SUMMIT, NJ - The presentation of the 2019 Municipal Budget by City Administrator Michael Rogers took center stage at the Summit Common Council’s March 19 meeting, with the governing body reviewing a proposed municipal operating budget pegged $51,984,799, which represents a 1.19% increase over 2018.
The capital budget is $16,755,500, up 232.5% over 2018, which Rogers pointed out is due to the inclusion of costs for a new City firehouse. The combined budgets total $68,740,299, a 21.85% increase over last year. Work on the budget has been under way since last August. It will have its public hearing at the April 23 Council meeting and will presumably be adopted then.
The estimated municipal tax rate increase associated with the municipal operating budget is 1.00%, or under $0.01.
Rogers listed the budget’s chief goals:
Demonstrate fiscal responsibility and sound financial management, including maintaining Summit’s AAA credit bond rating
Expand the use of technology to create opportunity and increase customer convenience
Maintain and upgrade critical City assets and infrastructure, and promote safety. This encompasses the new Community Center, finalizing the new firehouse plans, and erecting the Free Market building.
Increase emphasis on smart planning and redevelopment, including the Broad Street West area
Build community connectedness and expand communications
Leverage the talent, ideas, and creativity of Summit’s municipal workforce
Offer innovative solutions to ongoing municipal challenges
Improve customer service and accessibility
In addition to the operating budget, the Sewer Utility Fund’s operating budget is $4,313,287, up 12.03%, while its capital budget of $412,500 is down 77.99%, for a combined total of $4,734,787, down 17.87% from 2018, while the Parking Services Utility Fund operating budget is $3,954,555, up 11.09%, and its capital budget is $100,000, even with last year, for a total of $4,054,555, an increase of 10.78%.
Altogether, the 2019 budget of $77,529,641 represents a 17.76% increase over 2018. However, Rogers noted, if the expenses for the new firehouse and the acquisition of 7 Cedar Street, both essential parts of the Broad Street West redevelopment, the budget would actually be down 2.5% from last year’s. Additionally, the Cedar Street property will remain on the tax rolls.
The proposed Broad Street West Redevelopment Plan can be accessed by visiting cityofsummit.org. It will be formally introduced at the April 2 Council meeting.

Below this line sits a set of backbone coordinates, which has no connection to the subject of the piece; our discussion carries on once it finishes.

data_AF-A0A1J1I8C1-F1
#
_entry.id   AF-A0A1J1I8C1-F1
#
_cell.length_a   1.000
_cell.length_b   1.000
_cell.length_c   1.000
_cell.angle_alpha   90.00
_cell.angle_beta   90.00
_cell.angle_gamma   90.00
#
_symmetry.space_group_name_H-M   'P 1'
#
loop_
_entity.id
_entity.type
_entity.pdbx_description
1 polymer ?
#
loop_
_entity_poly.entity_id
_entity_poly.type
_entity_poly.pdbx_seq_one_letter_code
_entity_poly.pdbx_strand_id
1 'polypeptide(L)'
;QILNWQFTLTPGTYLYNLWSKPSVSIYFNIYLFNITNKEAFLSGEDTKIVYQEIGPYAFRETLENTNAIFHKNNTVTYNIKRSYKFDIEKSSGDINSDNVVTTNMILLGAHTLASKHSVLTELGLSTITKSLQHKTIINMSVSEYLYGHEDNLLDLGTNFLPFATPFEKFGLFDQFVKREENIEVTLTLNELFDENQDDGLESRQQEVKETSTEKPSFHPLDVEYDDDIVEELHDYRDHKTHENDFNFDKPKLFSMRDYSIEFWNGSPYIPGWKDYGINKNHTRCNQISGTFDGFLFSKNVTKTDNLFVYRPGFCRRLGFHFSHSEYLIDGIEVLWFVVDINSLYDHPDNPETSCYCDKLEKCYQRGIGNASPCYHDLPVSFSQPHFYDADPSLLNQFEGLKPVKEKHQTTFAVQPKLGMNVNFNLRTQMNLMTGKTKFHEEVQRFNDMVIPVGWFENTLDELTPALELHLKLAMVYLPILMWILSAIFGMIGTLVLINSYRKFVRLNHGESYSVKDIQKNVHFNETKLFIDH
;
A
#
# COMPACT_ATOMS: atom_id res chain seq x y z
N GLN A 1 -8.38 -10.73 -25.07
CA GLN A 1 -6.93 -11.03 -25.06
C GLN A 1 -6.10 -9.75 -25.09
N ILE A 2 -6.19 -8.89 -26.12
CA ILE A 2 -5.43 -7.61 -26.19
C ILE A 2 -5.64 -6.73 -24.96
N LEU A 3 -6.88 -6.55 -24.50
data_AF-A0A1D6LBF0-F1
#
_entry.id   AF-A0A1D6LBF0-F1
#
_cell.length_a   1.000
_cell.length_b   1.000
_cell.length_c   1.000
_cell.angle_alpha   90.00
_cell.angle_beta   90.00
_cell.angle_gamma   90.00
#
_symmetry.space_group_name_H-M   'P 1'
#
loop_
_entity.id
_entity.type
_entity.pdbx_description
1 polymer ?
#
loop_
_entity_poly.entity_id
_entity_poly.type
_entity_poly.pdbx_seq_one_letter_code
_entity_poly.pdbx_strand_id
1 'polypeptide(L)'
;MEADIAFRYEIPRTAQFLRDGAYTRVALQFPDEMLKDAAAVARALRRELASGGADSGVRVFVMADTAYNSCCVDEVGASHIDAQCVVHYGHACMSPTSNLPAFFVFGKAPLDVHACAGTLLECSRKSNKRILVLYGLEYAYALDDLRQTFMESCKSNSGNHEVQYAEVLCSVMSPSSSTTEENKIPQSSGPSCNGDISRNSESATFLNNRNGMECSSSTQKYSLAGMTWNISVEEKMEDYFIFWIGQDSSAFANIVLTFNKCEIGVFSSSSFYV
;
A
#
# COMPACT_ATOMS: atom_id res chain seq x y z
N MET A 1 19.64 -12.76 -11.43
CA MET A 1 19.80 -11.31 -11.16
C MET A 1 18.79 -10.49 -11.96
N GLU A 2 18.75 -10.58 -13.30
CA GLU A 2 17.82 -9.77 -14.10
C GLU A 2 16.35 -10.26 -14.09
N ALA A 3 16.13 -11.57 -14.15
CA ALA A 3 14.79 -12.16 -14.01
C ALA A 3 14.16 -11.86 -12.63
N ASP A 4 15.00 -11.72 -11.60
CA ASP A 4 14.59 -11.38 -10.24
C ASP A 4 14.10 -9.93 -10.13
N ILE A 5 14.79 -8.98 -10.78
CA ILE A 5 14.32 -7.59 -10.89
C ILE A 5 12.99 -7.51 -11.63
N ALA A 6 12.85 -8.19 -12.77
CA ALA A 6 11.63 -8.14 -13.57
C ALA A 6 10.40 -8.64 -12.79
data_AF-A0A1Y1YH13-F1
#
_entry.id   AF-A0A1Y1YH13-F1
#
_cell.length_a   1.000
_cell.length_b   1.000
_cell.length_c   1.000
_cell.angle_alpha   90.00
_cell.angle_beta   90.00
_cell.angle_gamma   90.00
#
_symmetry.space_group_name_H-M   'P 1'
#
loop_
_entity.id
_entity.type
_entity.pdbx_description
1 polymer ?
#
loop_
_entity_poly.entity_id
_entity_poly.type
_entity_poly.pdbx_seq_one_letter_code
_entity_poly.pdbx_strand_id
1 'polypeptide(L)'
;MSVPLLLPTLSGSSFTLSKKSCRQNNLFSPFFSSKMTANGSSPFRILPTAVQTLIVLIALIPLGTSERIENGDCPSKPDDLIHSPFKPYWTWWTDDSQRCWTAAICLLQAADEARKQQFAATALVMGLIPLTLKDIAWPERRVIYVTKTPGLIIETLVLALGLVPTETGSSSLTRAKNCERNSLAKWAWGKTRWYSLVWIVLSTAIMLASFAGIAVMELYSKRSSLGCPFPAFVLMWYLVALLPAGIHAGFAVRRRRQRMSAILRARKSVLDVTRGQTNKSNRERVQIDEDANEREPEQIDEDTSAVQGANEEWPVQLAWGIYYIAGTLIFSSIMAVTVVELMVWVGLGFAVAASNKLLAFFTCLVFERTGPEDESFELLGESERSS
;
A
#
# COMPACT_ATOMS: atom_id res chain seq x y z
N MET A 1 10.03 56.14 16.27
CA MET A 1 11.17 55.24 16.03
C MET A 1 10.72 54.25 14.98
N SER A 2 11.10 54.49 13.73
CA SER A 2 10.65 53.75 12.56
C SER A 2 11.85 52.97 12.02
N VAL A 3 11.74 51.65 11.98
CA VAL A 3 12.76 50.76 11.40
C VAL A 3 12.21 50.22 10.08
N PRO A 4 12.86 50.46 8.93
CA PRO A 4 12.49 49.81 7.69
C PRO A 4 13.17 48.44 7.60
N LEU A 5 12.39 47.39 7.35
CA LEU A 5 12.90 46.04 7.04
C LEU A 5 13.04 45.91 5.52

On the plus side, Summit’s tax base, $3,143,119,824, is up $9.8 million from 2018. The average residential net assessed valuation is $417,500. Based on that, the estimated 2019 total tax bill will be $18,482.73, an increase of $413.73, or 2.29%.
Summit's effective tax rate is the lowest in Union County (Roselle’s is the highest).
Estimated property tax levies include municipal taxes of $26,792,506 (19.25% of the total); local schools, $70,102,247 (50.38%); county, $38,723,185, and county open space, $1,127,530 (together, 28.62%); and public library, $2,440,785 (1.75%); for a total of $139,186,253, up 2.43% over last year. Rogers noted the property tax levy is $1,615,581 below the maximum tax levy amount allowable of $28,408,428.
Appropriations break down thus: general government, $1,536,286; finance, $1,247,615; public safety, $11,323,101; community services, $7,200,546; community programs, $1,191,610; board of health, $443,045; municipal court, $399,300; utilities, $1,121,000; insurance, $3,739,774; statutory expenditures, $4,270,720; library maintenance; $2,440,785; grants, $144,315; interlocal agreements, $1,232,049; capital improvements, $735,275; municipal debt service, $4,002,104; school debt service, $5,265,023; deferred charges and reserves, $405,000; and reserve for uncollected taxes, $5,287,251.
The capital budget includes fire, $11,989,500; police, $146,000; MVEC joint dispatch, $200,000; DCS, $2,810,000; DCP, $60,000; administration/clerk, $1,550,000; parking services, $100,000; and sewer, $421,500. The bulk of the fire department’s budget, $11,800,000, is earmarked for the new firehouse. This year will see the bidding phase and next year, construction, with an approximate 18-month build time.